How Many Legs Are Too Many
Friend or Foe
By Ray Novitske, Fairfax Master Gardener
Centipedes do not have 100 legs, nor millipedes 1,000 legs. Now that these misconceptions are out of the way, let’s explore what these little crawlers are all about, and how many legs they actually have.
Both centipedes (Chilopoda class) and millipedes (Diplopoda class) are arthropods — related to lobsters, crayfish, and shrimp. They are invertebrates and not insects or bugs. They are known as metameric animals, meaning their bodies are divided into relatively identical segments. Humans have a similar repeating structure in the back bones of their spines. There are four orders of centipedes representing over 3,000 species throughout the world.
Millipedes usually have 40 to 400 legs, and centipedes have 30 to 50 legs and oddly, always have an odd number of pairs. Millipedes have cylindrical bodies, black or dark-colored, and move their legs in a wavelike undulation along their bodies. They are slow, but great for burrowing into the ground where they like to spend time. Eggs are laid in the soil in the spring. After hatching, the young grow, adding segments with each molt, and reaching maturity in about three to four years.
Centipedes have more flattened bodies, and move faster — a necessary trait to catch their food. Centipedes use their venomous jaws to capture and eat insects and other arthropods. They lay their eggs in spring and summer, and the development of their young is slow. Centipedes are relatively long-lived, sometimes living up to six years.Both enjoy the dark, damp places found under leaf litter, rocks and brush. They overwinter outdoors in protected areas. One species, house centipedes (Scutigera coleoptrata), inhabit our indoor environments. They also prefer high humidity areas like basements, garages and laundry rooms and are a nuisance. Neither millipedes nor centipedes carry disease or damage food.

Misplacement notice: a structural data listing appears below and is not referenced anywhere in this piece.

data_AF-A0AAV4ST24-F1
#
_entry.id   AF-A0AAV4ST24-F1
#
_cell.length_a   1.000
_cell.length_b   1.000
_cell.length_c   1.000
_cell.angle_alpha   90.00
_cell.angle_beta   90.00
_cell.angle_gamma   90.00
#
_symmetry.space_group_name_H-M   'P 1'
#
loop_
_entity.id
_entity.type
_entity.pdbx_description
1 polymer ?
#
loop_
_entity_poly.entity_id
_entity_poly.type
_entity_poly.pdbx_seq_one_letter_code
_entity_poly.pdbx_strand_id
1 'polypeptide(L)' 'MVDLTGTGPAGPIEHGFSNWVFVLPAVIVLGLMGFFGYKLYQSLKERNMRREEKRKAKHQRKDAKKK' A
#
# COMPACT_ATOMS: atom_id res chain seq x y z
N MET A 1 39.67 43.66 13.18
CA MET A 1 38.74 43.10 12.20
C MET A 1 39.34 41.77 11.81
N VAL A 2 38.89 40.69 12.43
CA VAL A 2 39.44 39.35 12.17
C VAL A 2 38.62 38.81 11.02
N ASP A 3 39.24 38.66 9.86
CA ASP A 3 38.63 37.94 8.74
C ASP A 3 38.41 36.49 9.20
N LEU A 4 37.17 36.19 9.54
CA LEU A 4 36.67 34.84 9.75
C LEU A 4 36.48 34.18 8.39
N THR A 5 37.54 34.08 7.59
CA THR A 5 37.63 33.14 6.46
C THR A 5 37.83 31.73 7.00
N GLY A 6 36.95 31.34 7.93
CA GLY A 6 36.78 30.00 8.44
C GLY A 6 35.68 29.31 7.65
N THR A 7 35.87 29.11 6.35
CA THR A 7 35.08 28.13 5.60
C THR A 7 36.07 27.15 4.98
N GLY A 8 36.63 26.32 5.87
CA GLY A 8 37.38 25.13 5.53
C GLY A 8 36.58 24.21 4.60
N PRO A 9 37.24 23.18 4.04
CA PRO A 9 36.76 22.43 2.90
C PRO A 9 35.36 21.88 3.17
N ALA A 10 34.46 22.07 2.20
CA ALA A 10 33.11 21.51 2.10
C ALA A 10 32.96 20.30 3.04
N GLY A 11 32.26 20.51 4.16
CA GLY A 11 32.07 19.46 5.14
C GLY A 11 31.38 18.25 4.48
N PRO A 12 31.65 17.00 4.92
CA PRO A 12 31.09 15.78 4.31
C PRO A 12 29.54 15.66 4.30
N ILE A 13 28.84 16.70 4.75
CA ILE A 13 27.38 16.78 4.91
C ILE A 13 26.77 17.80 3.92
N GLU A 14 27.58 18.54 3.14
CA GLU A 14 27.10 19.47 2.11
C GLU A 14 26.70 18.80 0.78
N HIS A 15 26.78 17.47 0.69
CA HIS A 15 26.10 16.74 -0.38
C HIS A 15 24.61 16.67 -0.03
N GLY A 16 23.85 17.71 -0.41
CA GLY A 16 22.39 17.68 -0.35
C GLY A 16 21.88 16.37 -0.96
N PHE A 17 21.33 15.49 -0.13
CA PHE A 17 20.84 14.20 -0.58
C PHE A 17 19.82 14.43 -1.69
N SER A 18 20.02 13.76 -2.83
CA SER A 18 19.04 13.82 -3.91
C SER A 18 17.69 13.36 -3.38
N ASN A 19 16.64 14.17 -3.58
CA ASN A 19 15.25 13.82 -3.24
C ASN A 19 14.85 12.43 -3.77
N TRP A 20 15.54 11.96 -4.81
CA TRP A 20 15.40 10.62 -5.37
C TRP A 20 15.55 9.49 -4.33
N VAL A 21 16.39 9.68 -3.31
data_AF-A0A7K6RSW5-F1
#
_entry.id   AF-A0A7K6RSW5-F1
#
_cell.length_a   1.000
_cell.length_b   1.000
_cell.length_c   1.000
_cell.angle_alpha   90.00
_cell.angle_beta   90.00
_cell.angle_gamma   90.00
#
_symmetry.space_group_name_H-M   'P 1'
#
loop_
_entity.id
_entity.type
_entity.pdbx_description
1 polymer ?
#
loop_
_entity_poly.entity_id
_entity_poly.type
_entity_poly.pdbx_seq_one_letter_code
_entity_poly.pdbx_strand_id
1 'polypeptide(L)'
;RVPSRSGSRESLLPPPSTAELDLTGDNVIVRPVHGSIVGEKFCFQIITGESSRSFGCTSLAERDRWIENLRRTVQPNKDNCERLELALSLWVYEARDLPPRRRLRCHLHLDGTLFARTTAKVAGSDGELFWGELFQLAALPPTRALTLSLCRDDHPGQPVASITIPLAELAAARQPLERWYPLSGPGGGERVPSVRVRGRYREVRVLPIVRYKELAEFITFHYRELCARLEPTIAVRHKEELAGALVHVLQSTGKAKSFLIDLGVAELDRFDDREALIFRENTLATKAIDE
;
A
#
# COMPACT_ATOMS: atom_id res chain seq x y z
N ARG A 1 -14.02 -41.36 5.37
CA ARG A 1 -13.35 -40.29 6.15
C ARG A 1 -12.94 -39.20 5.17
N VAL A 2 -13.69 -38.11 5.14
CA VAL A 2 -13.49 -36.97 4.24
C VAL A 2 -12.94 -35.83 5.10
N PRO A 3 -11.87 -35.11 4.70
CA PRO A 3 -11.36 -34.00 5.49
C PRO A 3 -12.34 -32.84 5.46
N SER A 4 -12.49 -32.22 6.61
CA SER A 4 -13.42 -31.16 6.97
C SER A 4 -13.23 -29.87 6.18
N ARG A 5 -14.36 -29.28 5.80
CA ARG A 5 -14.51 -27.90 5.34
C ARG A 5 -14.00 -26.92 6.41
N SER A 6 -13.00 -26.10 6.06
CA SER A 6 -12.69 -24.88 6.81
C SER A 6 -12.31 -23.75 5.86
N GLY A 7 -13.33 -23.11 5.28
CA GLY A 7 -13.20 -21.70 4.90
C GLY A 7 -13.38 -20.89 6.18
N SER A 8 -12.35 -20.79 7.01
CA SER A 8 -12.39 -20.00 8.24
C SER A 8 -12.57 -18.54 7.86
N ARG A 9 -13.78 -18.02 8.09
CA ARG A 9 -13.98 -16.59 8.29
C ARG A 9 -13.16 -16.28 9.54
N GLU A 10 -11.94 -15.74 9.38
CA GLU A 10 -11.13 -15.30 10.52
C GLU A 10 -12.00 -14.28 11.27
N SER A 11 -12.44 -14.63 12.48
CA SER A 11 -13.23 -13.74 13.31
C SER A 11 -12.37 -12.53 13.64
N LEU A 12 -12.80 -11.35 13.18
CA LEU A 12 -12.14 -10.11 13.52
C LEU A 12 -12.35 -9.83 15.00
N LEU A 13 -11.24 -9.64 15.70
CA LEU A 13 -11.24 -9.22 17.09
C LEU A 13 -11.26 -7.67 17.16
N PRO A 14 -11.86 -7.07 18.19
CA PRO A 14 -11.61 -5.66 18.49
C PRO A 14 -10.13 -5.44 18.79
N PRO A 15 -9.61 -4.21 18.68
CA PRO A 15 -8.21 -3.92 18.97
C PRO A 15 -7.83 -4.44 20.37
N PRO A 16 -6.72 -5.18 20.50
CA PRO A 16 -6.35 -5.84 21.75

Are they dangerous? Millipedes protect themselves by coiling somewhat into smaller tighter spirals like pillbugs and secrete a form of cyanide from holes in their sides. The concentration is harmless to humans. Venom from centipedes in North America is not toxic enough to be deadly, but their bites can be like a wasp sting, causing an allergic reaction in some people. Their bites are not strong enough to penetrate human skin. There are some centipede species with unique color combinations used mostly as a warning to ward off predators.
Controlling the pests indoors by non-chemical means is simple. Just eliminate their favorite environments and food. Reduce humidity by drying out their hangouts, and eliminate hiding places by controlling the accumulation of storage boxes and clutter, and moving such items off the floor. Look for insects and spiders and eliminate them as well as ways they might enter your homes by ensuring windows, doors and cracks are sealed.
If millipedes and centipedes are making their way indoors, remove their favorite materials around the house perimeter. Clean and dry out mulches, pick up dead plant material and reduce damp hiding places to reduce their populations.
Indoor chemical treatments are usually temporary in their effectiveness. Pesticide dusts like boric acid powder applied to corners and crevices are the least toxic control means. However, remember that powders do not work well in areas that our pests prefer — damp and moist spaces.
In conclusion, millipedes can be considered friends because of their importance in helping decomposing dead plant material. Centipedes can be considered friends in their control of insects, but both are not desirable friends when they move into our homes.
• Centipedes, Rachel Rowe, Patricia A. Zungoli, Clemson Cooperative Extension Home & Garden
• Millipedes & Centipedes, Eric Gordon, Cornell University
• Sowbugs, millipedes and centipedes, Jeffrey Hahn and Mark Ascerno, University of Minnesota Extension
• Centipedes and Millipedes, Barb Ogg, Nebraska Extension in Lancaster County
• Millipedes and Centipedes, University of Georgia Extension
• Centipedes and Millipedes, Phil Mulder, Oklahoma Cooperative Extension Service